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What Foods to Avoid to Build Muscle

  • Category: Nutrition, Blog
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  • Written By: Reema Kanda, RDN
What Foods to Avoid to Build Muscle

If building muscle mass is one of your fitness goals, it’s important to keep your diet in check by avoiding certain food groups. We spoke with HOI’s Registered Dietitian Nutritionist, Reema Kanda, RDN, to get her expertise on which food groups should be avoided while you’re working on building muscle.

Q: What are four food groups or categories that should be avoided for muscle building and why?

A: It is important to highlight that muscles are made up of more than protein. Approximately 15 to 20 percent is protein, 70 to 75 percent is water, and 5 to 7 percent is fat, glycogen, and minerals. You may likely have heard that extra protein builds more muscle, however it is athletic training combined with protein that builds muscle strength and size. There is an abundance of research from the sports nutrition community that focuses both on resistance training and protein consumption to enhance muscle protein synthesis (MPS) known as muscle building. However, specific research is very limited in exploring foods to avoid in the context of muscle building.

So when you have a goal to improve your body composition, muscle strength, and/or even heal and recover from surgery without experiencing muscle loss from bed rest, then you should consider a nutrition plan that includes protein, carbohydrates, fats, vitamins, and minerals. In addition, it is important to be mindful of the foods you should limit that may prevent you from reaching your body composition goals.

  1. It is important to limit saturated fats, which is found in animal-based food sources such as high fat cuts of meat with skin, fried foods, full fat dairy foods, and egg yolks to name a few. Animal protein is a high-quality protein source and can help with muscle building, but focusing on lean protein options such as skinless poultry, egg whites, low fat dairy, and lean cuts of red meat that is less than 10 grams of fat and no more than 4.5 grams of saturated fat per serving. When thinking about protein muscle synthesis and how to achieve that, meat is one option that can comes to mind first. However, the American Cancer Society recommends limiting or not including processed or red meats to reduce cancer risk. The Dietary Guidelines for Americans suggest limiting your daily saturated fat intake to less than 10% of daily calories per day. For example, on a 2,000 calorie diet, limit your saturated fat intake to no more than 20 grams. It is best to be mindful about the sources of animal-based protein and the saturated fat content when safely adding it to your nutrition plan for muscle building.
  2. Avoid empty calories such as foods high in added sugar. Carbohydrates or “carbs” supply fuel or energy for both your muscles and central nervous system. To power the working muscles that your trying build, focus your intake of consuming more complex carbohydrates such as whole grains, starchy vegetables, non-starchy vegetables, and beans and legumes for added health benefits. Unfortunately, desserts, candy, donuts, and many highly processed and packaged foods are not going to optimally fuel your energy towards muscle building. These can be avoided when focusing on muscle building.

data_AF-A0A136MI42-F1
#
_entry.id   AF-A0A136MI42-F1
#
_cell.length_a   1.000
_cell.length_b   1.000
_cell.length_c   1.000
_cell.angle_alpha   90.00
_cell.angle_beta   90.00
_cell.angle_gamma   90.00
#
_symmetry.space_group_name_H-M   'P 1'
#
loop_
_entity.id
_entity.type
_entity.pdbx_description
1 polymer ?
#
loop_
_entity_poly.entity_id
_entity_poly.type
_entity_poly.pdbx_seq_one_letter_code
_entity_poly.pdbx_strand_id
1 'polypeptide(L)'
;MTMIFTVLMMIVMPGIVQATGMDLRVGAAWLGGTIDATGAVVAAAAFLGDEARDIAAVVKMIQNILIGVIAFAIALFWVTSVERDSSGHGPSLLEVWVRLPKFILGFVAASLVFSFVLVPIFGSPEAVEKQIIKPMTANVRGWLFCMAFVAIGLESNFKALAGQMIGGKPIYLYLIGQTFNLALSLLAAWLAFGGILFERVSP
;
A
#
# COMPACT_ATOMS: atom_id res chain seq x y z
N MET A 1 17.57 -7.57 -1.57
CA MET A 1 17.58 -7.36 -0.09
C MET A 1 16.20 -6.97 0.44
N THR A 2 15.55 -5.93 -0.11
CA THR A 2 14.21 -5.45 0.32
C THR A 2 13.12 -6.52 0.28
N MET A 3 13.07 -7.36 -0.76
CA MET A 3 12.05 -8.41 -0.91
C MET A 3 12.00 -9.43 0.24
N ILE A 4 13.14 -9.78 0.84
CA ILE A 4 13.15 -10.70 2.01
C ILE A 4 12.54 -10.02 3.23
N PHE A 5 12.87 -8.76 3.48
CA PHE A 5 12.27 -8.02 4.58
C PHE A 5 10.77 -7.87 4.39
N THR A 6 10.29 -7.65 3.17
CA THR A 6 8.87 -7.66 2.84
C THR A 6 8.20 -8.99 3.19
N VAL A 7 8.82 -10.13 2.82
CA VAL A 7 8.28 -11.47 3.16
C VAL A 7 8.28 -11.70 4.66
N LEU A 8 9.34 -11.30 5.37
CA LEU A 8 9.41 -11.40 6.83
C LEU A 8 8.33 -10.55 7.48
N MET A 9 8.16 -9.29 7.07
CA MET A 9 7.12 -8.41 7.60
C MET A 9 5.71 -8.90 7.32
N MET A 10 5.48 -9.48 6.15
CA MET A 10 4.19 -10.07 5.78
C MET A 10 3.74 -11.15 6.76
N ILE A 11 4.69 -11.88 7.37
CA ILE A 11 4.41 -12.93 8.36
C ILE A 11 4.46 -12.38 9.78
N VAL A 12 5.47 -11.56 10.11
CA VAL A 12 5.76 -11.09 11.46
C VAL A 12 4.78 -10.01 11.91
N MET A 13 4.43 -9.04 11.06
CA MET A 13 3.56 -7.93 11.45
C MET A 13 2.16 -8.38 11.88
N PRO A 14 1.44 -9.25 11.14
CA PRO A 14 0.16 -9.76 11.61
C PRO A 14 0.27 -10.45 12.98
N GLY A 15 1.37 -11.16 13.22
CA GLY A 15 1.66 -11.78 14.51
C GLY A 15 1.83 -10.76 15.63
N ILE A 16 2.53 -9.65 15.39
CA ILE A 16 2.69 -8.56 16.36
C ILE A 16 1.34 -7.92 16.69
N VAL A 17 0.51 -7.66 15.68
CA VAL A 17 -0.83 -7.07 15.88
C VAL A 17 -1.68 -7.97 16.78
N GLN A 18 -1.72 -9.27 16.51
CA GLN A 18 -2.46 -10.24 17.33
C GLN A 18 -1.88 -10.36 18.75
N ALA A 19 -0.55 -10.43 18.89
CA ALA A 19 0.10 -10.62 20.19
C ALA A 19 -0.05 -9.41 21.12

3. Alcohol has been shown to slow recovery because it can impair and not enhance your physical performance. Calories from alcohol do not fuel muscles. It may lead to weight gain in the form of body fat due to ethanol. Studies from sports nutrition communities suggest that alcohol consumption after exercise even when protein is consumed can reduce muscle protein synthesis.
  4. There have been accounts of heavy metals, such as arsenic, that have been tested to be above safe levels in low quality protein supplements so it’s important to take caution when consuming. Protein supplements can falsely claim it can help with muscle building when compared to whole foods. For example, low quality protein supplements may use low-cost free amino acids such a glycine or glutamine to help bring up the nitrogen content of the product to falsely appear it will meet the stated protein content on the nutrition facts label. Also, the sports nutrition community recommends obtaining protein supplements from a reputable source that is NSF Certified for Sport or has third party testing certification on the label. Supplements are not regulated in the way medications are. Some studies have commented that protein dense whole food consumption rather than protein supplements can be an effective nutritional strategy to promote muscle protein synthesis or muscle building when part of a healthy eating plan. The added bonus is it can improve overall diet quality which has its own set of health benefits.


  1. Carbone JW, Pasiakos SM. Dietary Protein and Muscle Mass: Translating Science to Application and Health Benefit. Nutrients. 2019 May 22;11(5):1136.
  2. Parr EB, Camera DM, Areta JL, Burke LM, Phillips SM, Hawley JA, Coffey VG. Alcohol ingestion impairs maximal post-exercise rates of myofibrillar protein synthesis following a single bout of concurrent training. PLoS One. 2014 Feb 12;9(2)
  3. Vliet SV, Beals JW, Martinez IG, Skinner SK, Burd NA. Achieving Optimal Post-Exercise Muscle Protein Remodeling in Physically Active Adults through Whole Food Consumption. Nutrients. 2018 Feb 16;10(2):224.